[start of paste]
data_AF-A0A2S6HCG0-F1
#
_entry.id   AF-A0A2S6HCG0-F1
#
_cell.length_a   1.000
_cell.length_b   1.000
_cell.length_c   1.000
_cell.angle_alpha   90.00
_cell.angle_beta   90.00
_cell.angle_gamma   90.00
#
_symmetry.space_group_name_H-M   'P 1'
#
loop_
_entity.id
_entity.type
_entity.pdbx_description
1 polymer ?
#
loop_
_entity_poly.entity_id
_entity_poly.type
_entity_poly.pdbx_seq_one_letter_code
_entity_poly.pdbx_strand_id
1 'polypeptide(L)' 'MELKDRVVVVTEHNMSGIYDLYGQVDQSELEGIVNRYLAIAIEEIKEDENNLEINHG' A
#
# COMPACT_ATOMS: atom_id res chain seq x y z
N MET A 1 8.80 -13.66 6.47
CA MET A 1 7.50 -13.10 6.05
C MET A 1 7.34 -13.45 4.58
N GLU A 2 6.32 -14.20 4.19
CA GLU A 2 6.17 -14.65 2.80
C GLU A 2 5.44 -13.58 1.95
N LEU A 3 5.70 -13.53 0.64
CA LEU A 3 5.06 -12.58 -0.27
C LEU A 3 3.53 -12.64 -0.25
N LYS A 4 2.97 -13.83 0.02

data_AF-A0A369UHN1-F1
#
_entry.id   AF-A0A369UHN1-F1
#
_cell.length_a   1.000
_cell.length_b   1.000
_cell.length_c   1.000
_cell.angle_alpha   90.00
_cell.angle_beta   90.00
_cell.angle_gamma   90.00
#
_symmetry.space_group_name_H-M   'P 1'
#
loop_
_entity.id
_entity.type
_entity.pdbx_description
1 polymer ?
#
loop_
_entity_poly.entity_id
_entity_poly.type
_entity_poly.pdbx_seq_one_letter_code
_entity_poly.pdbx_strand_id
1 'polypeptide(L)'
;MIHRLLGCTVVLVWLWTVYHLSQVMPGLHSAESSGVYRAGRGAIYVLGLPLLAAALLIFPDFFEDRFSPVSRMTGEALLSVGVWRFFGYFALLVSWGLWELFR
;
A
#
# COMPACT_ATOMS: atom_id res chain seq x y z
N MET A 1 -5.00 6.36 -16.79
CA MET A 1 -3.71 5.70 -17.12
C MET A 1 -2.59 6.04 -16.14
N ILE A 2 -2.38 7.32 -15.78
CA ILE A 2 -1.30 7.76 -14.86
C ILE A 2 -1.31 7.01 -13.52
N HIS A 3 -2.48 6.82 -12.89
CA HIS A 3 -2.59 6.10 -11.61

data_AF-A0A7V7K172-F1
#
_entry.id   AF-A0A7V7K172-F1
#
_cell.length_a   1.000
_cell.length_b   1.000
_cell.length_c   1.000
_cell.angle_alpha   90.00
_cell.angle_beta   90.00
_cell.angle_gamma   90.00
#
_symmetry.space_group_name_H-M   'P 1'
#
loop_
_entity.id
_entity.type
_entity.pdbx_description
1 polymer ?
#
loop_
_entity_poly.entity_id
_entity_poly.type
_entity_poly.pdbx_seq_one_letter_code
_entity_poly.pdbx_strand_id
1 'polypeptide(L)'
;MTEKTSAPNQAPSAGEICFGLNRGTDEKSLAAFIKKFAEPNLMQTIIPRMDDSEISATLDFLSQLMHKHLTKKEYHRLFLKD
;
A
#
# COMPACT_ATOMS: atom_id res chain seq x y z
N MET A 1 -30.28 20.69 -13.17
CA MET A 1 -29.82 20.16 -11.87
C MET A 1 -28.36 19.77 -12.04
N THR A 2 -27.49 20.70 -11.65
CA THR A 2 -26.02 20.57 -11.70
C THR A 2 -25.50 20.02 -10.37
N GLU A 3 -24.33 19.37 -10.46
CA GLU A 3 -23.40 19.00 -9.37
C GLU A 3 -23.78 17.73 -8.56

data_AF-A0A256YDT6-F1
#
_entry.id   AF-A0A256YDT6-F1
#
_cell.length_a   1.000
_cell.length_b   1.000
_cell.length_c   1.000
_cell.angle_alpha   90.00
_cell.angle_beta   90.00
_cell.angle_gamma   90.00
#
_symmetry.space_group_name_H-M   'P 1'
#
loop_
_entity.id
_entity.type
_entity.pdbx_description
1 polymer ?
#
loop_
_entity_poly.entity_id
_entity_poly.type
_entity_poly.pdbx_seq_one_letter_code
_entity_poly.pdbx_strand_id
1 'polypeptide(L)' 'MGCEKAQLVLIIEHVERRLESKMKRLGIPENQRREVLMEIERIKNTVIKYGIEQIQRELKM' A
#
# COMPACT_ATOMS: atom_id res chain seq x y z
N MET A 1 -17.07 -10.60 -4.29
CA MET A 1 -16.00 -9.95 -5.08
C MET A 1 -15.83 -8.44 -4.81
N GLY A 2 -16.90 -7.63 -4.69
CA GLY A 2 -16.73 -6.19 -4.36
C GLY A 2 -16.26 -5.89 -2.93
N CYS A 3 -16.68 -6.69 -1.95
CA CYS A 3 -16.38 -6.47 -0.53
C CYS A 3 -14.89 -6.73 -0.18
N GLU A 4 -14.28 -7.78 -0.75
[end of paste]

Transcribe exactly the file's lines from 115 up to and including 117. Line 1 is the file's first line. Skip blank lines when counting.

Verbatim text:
data_AF-A0A256YDT6-F1
#
_entry.id   AF-A0A256YDT6-F1